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Node for Front-End Developers by Garann Means

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Parsing Other File Types

If we wanted to dynamically generate CSS (maybe for use in a theme builder of some sort) or JavaScript (perhaps cherry-picking pieces of a more comprehensive JS library), all we have to do is change the file type we’re reading in. Because we read in the files as strings, it makes no difference if they’re something Node could technically try to execute. Here again, Node’s lack of out-of-the-box handling for common file types works to our advantage. Any file can be an application, a library, a template, or a static resource—it’s entirely up to us and how we treat it.

Let’s say that we do indeed have a site offering some kind of customizable client-side widget library. For example, assume we have a customizable CSS file using Mustache to populate user-defined values:

h1 { color: #{{main}}; }
h2 { color: #{{secondary}}; } 
input { border-style: {{border}}; border-radius: {{corners}}px; }

To provide our end users with CSS and JavaScript matching their site’s needs, we only really need to change our routing. We’ll assume the values we’re receiving are coming from a form post, and that the rest of our application file remains the same:

connect(
  connect.static(__dirname + "/public"),
  connect.bodyParser(),
  connect.router(function(app) {
    app.post("/theme", function(req, res) {
      var theme = {
        main: req.body.mainColor,
        secondary: req.body.secondaryColor,
        border: req.body.borderStyle,
        corners: req.body.borderRadius
      };
      // load and render the CSS template
      requirejs(["text!public/css/theme.css"], function(tmpl) {
        var css = mustache.to_html(tmpl, theme);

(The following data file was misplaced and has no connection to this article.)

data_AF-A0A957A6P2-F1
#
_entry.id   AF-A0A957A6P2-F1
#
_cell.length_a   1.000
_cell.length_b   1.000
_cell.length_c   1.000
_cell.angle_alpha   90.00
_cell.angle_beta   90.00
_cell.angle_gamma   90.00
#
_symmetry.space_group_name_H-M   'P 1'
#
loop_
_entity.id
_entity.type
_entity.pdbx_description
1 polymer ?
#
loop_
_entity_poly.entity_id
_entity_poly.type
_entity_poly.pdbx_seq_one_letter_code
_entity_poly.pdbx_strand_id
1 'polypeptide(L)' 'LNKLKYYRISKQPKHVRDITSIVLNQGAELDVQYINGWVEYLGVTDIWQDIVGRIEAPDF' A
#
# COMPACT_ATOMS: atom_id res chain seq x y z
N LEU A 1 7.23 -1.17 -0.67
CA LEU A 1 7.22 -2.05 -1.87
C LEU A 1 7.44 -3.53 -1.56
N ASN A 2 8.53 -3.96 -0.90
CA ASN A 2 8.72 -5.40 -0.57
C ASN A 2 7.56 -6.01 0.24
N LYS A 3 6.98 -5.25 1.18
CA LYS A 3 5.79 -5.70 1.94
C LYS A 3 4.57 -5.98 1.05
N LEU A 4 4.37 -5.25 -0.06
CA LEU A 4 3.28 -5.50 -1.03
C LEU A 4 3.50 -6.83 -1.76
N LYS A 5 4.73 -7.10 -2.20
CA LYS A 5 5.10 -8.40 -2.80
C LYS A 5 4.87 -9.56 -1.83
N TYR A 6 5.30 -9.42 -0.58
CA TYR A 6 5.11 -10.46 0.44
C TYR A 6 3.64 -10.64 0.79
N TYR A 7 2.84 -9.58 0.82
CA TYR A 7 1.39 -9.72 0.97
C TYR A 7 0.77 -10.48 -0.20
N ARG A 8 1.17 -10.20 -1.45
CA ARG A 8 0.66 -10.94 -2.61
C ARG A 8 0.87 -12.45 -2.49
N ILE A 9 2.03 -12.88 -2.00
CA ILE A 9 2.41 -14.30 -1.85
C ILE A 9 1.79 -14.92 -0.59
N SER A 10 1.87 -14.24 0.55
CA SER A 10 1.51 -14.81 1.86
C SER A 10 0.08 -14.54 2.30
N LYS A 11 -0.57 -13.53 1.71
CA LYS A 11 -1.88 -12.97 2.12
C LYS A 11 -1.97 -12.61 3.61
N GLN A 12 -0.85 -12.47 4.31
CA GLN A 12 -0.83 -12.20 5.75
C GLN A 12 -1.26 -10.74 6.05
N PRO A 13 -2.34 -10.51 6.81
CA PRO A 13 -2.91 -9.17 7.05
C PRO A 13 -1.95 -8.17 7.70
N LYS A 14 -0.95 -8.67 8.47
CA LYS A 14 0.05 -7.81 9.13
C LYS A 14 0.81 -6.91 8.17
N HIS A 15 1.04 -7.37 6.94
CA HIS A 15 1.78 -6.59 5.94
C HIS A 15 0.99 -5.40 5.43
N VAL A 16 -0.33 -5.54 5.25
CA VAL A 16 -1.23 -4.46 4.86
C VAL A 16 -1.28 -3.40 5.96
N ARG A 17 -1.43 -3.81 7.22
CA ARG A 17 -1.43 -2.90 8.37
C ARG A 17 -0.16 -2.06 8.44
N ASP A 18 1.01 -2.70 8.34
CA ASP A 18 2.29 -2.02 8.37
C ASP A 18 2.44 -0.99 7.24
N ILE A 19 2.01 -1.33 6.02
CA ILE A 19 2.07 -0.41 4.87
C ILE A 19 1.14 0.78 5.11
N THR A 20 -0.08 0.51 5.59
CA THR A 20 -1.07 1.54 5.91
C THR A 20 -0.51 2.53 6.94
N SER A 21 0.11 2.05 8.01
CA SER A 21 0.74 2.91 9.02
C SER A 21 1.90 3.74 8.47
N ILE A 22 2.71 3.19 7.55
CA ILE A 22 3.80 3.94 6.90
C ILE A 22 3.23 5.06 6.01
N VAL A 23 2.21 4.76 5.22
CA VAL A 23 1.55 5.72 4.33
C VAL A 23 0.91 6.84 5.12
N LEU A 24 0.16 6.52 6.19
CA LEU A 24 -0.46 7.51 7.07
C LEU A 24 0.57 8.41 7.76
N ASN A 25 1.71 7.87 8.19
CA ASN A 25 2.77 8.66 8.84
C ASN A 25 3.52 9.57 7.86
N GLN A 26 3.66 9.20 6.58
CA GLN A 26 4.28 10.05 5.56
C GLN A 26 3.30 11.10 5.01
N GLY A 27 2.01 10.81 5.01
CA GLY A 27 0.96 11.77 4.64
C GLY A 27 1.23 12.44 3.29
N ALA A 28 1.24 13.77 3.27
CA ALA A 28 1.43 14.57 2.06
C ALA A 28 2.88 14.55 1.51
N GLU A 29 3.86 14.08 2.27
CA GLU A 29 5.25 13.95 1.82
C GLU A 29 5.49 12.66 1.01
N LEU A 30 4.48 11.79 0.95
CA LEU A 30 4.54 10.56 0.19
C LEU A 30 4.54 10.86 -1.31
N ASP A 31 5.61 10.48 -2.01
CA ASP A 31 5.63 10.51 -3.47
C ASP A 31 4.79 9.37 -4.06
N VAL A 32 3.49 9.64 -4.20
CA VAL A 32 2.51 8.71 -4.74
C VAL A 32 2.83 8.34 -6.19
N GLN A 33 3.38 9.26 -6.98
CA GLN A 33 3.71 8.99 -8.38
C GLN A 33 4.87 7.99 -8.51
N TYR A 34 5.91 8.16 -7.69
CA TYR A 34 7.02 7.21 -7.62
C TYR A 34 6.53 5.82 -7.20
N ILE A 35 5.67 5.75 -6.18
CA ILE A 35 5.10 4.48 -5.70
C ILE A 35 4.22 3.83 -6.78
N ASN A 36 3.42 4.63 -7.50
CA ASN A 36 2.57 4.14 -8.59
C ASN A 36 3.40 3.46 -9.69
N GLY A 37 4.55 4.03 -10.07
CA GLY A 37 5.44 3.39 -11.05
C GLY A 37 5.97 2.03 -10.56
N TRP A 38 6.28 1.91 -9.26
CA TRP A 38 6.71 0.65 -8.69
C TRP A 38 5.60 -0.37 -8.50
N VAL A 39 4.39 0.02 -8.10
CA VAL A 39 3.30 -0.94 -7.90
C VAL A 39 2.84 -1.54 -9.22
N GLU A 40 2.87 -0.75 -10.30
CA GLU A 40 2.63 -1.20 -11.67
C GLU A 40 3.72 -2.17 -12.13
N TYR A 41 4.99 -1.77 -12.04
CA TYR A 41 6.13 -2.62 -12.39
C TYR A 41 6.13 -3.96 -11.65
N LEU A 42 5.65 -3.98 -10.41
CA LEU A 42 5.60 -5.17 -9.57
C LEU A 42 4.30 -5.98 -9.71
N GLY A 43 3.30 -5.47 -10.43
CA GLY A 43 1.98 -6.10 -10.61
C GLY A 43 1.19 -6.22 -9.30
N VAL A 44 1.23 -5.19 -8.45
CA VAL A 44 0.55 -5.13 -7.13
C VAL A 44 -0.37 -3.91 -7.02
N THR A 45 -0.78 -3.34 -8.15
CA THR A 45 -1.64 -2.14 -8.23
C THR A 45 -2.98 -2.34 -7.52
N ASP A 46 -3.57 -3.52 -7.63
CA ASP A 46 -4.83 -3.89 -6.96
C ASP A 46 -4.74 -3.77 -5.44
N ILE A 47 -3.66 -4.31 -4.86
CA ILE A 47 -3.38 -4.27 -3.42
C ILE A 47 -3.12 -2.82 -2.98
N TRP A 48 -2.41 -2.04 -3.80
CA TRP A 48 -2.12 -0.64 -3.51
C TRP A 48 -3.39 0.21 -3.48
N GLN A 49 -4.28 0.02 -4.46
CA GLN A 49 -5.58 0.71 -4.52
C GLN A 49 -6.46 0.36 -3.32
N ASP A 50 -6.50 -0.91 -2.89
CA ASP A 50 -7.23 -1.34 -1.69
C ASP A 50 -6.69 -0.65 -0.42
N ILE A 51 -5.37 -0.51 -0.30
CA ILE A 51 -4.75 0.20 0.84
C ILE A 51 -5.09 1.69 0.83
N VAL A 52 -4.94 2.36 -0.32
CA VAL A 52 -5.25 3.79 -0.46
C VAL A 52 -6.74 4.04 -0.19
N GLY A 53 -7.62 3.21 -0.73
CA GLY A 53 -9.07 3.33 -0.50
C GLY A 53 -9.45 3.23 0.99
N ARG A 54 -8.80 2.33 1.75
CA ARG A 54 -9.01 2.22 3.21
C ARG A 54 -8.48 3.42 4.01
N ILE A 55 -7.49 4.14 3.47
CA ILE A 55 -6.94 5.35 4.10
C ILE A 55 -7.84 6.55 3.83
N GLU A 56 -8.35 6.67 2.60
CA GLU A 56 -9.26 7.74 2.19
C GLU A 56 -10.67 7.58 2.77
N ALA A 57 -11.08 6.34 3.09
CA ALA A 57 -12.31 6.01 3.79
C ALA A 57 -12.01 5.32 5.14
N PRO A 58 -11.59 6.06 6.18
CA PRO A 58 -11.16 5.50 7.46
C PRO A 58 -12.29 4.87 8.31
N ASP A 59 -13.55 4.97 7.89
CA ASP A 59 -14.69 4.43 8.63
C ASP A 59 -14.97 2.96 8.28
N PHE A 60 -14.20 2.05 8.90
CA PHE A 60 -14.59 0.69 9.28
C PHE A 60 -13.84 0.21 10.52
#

res.writeHead(200, {
          "Content-Type": "text/css",
          "Content-Length": css.length
        });
        res.end(css);
      });
    };
    app.post("/builder", function(req, res) {
      var options = {
        shim: req.body.html5shim,
        flash: req.body.useFlash,
        sockets: req.body.useWebSockets,
        jsonp: req.body.useJsonp
      };
      // load and render the JS template
      requirejs(["text!public/js/builder.js"], function(tmpl) {
        var js = mustache.to_html(tmpl, options);
        res.writeHead(200, {
          "Content-Type": "application/javascript",
          "Content-Length": js.length
        });
        res.end(js);
      });
    };
  })
).listen(8000);

Since we don’t want our CSS or JavaScript composed into our parent template, we can skip the render function and recreate its functionality for both MIME types we’ll want to return. You can probably see how the logic to render and return a response could be abstracted out into a function of its own, but since our example application only handles these two scenarios, the less efficient code above will get the job done.

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